Radiation therapy for prostate cancer linked to secondary cancers

Patients undergoing external-beam radiation therapy (EBRT) for localized prostate cancer may be at an increased risk for secondary malignancies 10 or more years after initial treatment. French-Canadian men who received EBRT between 1983 and 2004 were found to have a higher prevalence of bladder, rectal, and lung cancers compared to those who had a radical prostatectomy (RP).

However, in absolute terms, the estimated risk of developing a radiation-associated secondary malignancy was low, according to Dr. Naeem Bhojani, a second-year resident from the University of Montreal who presented the study at the annual meeting of the American Urological Association in Orlando last week.

The retrospective study evaluated administrative data from the Quebec Health Plan Database of 6,196 prostate cancer patients who had RP and 4,137 who had EBRT. Any French-Canadian prostate cancer patient in the database who also received adjuvant hormonal therapy was excluded.

The objective of the study was to determine if a specific ethnic group would generate comparable results to recent previously published studies evaluating different databases. By focusing on French-Canadians, the authors wanted to determine if a different genetic makeup, different nutritional patterns, and different environmental issues would yield different results.

The patients who received RP ranged from 55 to 89 years of age, with an average age of 64. EBRT patients were 55 to 95 years of age, with an average age of 71.5. An average age difference was expected because older patients typically have more comorbidities and are offered EBRT before surgery is suggested, Bhojani said.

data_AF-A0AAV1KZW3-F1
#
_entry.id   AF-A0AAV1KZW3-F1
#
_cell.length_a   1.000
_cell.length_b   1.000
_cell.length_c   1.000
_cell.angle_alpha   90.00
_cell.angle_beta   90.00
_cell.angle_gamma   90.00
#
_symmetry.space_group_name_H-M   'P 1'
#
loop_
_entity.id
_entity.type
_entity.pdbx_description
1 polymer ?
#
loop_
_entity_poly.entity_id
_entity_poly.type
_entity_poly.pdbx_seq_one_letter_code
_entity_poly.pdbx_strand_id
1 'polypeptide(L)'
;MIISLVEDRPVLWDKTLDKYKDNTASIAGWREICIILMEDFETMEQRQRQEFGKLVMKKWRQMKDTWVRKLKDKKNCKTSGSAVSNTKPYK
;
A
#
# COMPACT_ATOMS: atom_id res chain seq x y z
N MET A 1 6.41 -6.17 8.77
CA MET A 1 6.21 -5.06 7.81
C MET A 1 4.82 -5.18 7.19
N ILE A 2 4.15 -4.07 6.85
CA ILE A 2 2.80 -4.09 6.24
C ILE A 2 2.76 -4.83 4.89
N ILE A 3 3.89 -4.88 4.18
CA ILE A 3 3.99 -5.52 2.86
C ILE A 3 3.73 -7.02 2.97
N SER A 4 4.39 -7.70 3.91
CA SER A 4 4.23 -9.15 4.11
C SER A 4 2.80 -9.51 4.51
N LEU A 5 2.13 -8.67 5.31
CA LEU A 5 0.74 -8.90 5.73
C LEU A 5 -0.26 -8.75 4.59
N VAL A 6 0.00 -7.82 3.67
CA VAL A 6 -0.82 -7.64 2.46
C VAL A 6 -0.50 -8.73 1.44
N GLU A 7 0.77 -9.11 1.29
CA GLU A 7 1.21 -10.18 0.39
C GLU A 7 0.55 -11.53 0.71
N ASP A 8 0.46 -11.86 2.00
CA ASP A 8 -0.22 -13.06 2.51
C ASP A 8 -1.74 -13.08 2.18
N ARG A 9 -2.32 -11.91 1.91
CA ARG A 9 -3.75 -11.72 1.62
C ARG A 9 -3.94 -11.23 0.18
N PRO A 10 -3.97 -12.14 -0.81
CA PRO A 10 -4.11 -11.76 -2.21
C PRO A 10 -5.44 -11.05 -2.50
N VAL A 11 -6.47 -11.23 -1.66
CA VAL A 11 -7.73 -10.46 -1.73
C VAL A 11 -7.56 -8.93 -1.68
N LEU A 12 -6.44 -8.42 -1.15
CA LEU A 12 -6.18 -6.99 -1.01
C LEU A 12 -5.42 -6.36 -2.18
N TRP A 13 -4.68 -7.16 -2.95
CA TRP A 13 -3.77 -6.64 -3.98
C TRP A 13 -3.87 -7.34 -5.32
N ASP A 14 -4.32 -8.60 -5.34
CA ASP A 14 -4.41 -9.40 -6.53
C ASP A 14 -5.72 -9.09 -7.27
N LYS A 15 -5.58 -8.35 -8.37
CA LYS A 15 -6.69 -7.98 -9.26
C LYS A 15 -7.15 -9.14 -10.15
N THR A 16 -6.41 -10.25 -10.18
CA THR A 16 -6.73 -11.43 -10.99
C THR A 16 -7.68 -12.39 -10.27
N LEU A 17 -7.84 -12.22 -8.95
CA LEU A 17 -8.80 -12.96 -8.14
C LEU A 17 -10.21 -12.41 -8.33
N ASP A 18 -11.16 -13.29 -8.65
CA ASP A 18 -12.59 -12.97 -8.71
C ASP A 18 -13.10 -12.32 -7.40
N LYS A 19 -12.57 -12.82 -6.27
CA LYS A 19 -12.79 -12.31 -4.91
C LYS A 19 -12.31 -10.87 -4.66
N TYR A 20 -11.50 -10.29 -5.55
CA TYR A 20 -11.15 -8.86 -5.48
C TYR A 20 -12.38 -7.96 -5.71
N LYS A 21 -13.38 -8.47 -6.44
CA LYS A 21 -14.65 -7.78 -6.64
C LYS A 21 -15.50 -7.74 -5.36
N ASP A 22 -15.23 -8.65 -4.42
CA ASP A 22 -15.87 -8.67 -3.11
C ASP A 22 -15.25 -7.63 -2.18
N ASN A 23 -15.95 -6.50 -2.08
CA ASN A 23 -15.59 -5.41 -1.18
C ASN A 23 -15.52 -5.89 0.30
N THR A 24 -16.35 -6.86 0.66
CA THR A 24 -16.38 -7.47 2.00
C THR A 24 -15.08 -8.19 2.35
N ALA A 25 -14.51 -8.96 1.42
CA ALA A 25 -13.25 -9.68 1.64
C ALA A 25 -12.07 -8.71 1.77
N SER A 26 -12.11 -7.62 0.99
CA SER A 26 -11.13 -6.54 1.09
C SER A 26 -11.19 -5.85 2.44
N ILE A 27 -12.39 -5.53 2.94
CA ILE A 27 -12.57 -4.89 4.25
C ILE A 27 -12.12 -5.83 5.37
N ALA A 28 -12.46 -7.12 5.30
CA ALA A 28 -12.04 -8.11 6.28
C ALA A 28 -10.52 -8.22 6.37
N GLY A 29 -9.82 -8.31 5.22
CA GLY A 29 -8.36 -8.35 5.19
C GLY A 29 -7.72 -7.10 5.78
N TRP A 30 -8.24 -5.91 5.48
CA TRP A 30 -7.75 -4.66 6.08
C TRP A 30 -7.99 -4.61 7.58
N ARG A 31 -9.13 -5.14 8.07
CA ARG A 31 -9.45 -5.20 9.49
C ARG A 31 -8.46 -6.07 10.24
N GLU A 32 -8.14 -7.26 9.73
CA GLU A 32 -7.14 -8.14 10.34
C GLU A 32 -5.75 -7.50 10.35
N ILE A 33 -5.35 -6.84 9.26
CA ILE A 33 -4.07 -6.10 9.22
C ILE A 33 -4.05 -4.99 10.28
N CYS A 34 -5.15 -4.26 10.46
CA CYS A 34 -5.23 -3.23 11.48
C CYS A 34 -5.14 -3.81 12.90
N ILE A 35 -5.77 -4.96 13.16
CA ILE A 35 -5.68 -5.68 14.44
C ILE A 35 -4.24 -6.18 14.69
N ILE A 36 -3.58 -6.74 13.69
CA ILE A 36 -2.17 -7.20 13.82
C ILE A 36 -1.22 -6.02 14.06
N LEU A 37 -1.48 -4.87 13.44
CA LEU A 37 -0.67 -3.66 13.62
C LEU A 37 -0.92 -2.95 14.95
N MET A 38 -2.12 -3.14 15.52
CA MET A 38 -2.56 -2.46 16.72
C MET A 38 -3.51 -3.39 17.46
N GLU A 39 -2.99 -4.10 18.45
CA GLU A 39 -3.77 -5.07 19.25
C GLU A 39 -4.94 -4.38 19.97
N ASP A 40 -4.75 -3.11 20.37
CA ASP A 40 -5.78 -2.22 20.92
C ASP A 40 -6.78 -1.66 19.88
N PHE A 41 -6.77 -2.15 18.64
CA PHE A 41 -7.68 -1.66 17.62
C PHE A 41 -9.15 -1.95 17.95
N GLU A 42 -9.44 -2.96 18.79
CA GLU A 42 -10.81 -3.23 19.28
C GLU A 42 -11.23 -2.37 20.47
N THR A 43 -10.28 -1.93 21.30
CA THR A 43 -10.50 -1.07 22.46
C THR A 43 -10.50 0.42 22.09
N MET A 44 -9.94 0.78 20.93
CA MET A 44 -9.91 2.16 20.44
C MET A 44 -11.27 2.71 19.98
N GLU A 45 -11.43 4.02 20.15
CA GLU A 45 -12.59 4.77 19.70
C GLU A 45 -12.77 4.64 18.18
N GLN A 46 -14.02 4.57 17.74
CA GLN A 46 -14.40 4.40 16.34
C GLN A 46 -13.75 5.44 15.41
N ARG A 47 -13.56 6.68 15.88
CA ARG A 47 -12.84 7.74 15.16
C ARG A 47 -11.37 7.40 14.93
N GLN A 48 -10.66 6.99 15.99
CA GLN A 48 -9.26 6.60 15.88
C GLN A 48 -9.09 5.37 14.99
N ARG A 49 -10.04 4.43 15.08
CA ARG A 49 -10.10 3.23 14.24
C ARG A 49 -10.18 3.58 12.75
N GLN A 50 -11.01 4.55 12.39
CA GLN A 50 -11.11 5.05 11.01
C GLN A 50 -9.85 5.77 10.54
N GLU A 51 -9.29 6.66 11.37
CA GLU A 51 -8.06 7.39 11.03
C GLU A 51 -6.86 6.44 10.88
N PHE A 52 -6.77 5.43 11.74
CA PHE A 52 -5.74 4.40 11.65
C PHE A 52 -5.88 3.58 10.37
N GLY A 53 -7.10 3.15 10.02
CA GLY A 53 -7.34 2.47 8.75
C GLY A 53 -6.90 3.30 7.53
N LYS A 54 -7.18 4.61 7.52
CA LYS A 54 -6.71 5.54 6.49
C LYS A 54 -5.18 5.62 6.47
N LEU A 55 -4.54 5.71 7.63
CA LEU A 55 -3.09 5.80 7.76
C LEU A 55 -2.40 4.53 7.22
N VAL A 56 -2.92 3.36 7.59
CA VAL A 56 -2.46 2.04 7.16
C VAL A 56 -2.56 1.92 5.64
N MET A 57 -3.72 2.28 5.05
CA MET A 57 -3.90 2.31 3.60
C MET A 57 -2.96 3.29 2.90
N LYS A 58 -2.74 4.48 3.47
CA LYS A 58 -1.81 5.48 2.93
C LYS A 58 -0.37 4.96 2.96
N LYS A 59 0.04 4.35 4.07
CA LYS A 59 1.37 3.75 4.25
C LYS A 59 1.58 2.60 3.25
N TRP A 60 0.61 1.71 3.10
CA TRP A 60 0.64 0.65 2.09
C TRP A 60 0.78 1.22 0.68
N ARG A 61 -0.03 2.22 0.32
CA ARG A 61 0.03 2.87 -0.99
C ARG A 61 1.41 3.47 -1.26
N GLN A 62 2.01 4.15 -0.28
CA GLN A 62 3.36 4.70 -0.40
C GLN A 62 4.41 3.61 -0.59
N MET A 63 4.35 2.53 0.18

IDC-9 treatment codes were used to identify secondary malignancies for cystectomy and colon, lung, and rectal cancers. After multivariate analysis was performed with adjustments made for age, baseline comorbidities, and year of treatment, EBRT predisposed patients to a 300% increase for cystectomy for bladder cancer, a 170% higher rate for rectal cancer, and a 180% increase in lung-cancer resections. Because the smoking histories of patients were not available, the authors were not able to differentiate the statistics between smokers and nonsmokers.

These findings were comparable to those reported in Cancer in 2006 by Dr. Kihyuck Moon and colleagues from the University of Virginia Health Sciences Center, located in Charlottesville. Using data from the U.S. National Cancer Institute's Surveillance, Epidemiology, and End Results (SEER) registry of men diagnosed with prostate cancer from 1973 through 1999, the study determined that patients receiving EBRT had a 163% increase in odds of developing bladder cancer and a 160% increase in odds of developing rectal cancer. Lung cancer odds increased by 124% and transverse colon odds by 185%. The SEER registry represents approximately 14% of the U.S. population.

A 2007 study in the Journal of Urology by Dr. Stephen Boorjian and fellow urologists of New York-Presbyterian Hospital and Weill Cornell Medical Center, utilizing data from the CaPSURE disease registry between 1989 and 2003, determined that patients treated with RP were approximately half as likely to have posttreatment bladder cancer as patients who underwent EBRT.

In an interview with AuntMinnie.com, Bhojani pointed out that the improvements in EBRT made in the past five years, with more radiation concentrated in a much more confined area, may yield very different results if the same studies are performed a decade from now.

"It is important to put this study in context," Bhojani said. "The risk for prostate cancer patients to have secondary cancer malignancies is very, very low."

By Cynthia Keen
AuntMinnie.com contributing writer
May 28, 2008

Related Reading

Ultrasound contrast boosts prostate biopsy yield, May 22, 2008

CT planning eliminates need for urethrography in prostate, May 12, 2008

Trial results bolster hormone therapy plus radiation for prostate cancer, March 31, 2008

Disease-free survival, mortality uphold novel radiotherapies for prostate cancer, February 14, 2008

Early salvage radiotherapy improves survival if PSA rises after surgery, February 14, 2008

Copyright © 2008 AuntMinnie.com

Page 1 of 461
Next Page